We are proud of Envision, our highly accurate, comprehensive predictive engine for higher education. So the way we’ve talked about our Envision-powered financial aid models has been pretty dramatic. It usually sounds something like:
“You can use this tool to abandon the old, inefficient matrix-based aid structure. If we run your admits through the model, we can tell you the optimum amount of aid to award each student in a way that will maximize enrollment for your aid budget.”
While this is true, our partner schools have chosen to use their models in a targeted, easier, less-scary way — at least in this first year of adoption. Instead of using the model to up-end their entire way of awarding, they have employed the models to make their awarding strategy smarter.
Our partner colleges and universities are using Envision financial aid to optimize the admission office’s discretionary funds rather than the entire financial aid budget. This is money the admission office can choose to spend how they deem appropriate, without having to get much approval from the financial aid office or university administration.
The result: our schools are getting more enrollments for the same amount of aid money.
For example, take one of our private liberal arts colleges in the Northeast. Like normal, they sent out a matrix-based award with their offer of admissions. Then in late February, they started using their model to optimize $1.25 million in discretionary funds, targeting it to the 500 students recommended by the model. This will likely net them eight more students than a less efficient strategy.
As of April, they are up 26 percent in deposits compared to last year and staying within their aid budget.
In a similar fashion, a large state university in the Southeast used their model to optimize a $200,000 pool of aid that was separate from their need and merit-based aid. This will help them enroll about two more students than if they awarded the aid in a less-efficient fashion. Not a huge improvement, but it’s an improvement none-the-less. As of April, they are up 16 percent in deposits, staying within their aid budget and likely to bring in $8 million more net tuition revenue compared to last year.
The most aggressive adopter this year has been a mid-sized state school in the Northeast. While the university still awarded merit scholarships with their admissions letters, they cut down the amount of the award by about half. This gave them about $700,000 worth of aid to distribute on a discretionary basis.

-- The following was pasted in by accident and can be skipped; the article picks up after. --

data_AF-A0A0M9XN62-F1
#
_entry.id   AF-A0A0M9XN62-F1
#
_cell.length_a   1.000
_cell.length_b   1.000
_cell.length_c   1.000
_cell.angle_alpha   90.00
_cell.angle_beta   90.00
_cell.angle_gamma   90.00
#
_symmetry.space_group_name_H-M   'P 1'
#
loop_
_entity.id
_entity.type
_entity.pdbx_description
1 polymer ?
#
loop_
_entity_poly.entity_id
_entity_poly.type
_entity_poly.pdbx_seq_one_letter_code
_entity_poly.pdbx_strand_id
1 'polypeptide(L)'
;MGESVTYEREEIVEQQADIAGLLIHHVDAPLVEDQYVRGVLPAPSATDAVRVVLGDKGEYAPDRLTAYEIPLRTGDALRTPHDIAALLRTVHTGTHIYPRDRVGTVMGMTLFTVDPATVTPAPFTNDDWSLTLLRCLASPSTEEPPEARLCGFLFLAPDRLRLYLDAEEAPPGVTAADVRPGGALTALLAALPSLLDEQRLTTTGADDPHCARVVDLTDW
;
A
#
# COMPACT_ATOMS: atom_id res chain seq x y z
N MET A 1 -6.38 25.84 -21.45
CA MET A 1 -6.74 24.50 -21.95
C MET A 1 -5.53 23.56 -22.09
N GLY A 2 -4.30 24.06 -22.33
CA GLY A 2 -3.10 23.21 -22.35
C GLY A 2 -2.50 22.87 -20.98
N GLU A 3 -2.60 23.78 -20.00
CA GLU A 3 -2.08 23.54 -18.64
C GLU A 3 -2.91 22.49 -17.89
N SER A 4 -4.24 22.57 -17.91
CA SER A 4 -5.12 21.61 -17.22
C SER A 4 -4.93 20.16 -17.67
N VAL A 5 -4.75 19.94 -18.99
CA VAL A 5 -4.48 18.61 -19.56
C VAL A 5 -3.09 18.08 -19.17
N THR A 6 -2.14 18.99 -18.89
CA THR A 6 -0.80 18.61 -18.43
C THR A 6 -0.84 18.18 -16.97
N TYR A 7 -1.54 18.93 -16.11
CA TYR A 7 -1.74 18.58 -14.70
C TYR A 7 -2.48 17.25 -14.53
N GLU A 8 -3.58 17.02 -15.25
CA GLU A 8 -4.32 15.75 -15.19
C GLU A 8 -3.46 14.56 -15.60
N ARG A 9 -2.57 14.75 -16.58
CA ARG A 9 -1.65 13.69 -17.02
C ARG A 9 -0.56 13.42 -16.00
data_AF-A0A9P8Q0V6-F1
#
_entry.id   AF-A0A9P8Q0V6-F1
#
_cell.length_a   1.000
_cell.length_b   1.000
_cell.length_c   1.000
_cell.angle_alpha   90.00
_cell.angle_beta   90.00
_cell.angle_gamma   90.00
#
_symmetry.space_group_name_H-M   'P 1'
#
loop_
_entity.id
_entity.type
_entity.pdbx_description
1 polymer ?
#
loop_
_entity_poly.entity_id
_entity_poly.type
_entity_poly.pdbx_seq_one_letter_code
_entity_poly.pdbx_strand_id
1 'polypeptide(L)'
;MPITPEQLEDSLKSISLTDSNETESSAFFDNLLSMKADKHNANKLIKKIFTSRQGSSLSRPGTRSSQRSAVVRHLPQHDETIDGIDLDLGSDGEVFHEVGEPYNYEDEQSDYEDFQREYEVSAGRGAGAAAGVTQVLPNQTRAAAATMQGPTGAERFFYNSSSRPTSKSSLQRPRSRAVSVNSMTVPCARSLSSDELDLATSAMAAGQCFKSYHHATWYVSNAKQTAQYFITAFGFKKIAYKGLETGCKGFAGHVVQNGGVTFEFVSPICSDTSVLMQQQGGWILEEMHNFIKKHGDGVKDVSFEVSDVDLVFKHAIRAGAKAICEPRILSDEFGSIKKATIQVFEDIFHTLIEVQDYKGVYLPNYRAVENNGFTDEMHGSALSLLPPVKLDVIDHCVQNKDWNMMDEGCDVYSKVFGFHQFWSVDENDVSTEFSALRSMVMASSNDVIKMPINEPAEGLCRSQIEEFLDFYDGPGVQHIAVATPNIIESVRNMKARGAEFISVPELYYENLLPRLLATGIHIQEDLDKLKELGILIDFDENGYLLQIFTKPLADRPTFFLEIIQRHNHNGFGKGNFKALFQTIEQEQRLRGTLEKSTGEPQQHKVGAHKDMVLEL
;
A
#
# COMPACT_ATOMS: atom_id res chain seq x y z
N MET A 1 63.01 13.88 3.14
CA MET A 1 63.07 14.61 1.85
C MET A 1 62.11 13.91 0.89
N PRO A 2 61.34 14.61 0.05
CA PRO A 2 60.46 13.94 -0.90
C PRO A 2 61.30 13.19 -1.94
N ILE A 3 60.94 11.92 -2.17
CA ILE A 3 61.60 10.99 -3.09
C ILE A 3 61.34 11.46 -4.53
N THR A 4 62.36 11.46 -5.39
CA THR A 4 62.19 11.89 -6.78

They have used Capture’s predictions to distribute this aid, calling the them a “Dean’s Award.” As of February, they were up 16 percent in deposits and staying within their strict financial aid budget.
In an altogether different manner, a couple of our schools are choosing to use their model as a way to test scenarios. A private Catholic college in the Northeast ran six different variations of their matrix through their model, selecting one that had an acceptable discount rate while still predicting to meet their yield rate goal. The matrix they selected will help them get about 12 more students on about $164,000 less than if they went with the matrix they planned to use originally. That translates to a difference of more than $400,000 in net tuition revenue.
As of April, they are on track to exceed last year’s enrollment by 12 percent and meet their discount rate target.
Another university, a mid-sized private institution in the Northeast, intended to use their model to optimize awarding, but they are on track to meet their enrollment goals without any additional aid. Instead, they plan to test various aid strategies at the end of the cycle to see what the result likely would have been — using that to inform next year’s aid strategy.
While these aren’t necessarily the ways we envisioned schools adopting our models, they are all legitimate ways of using our predictive modeling to award financial aid with a smarter approach. These approaches are also something most schools can do without ruffling too many feathers in the financial aid or president’s offices.
In the end, by optimizing some of their aid, they will enroll more students for the same amount of money.
By John Foster, Senior Data Analyst, Capture Higher Ed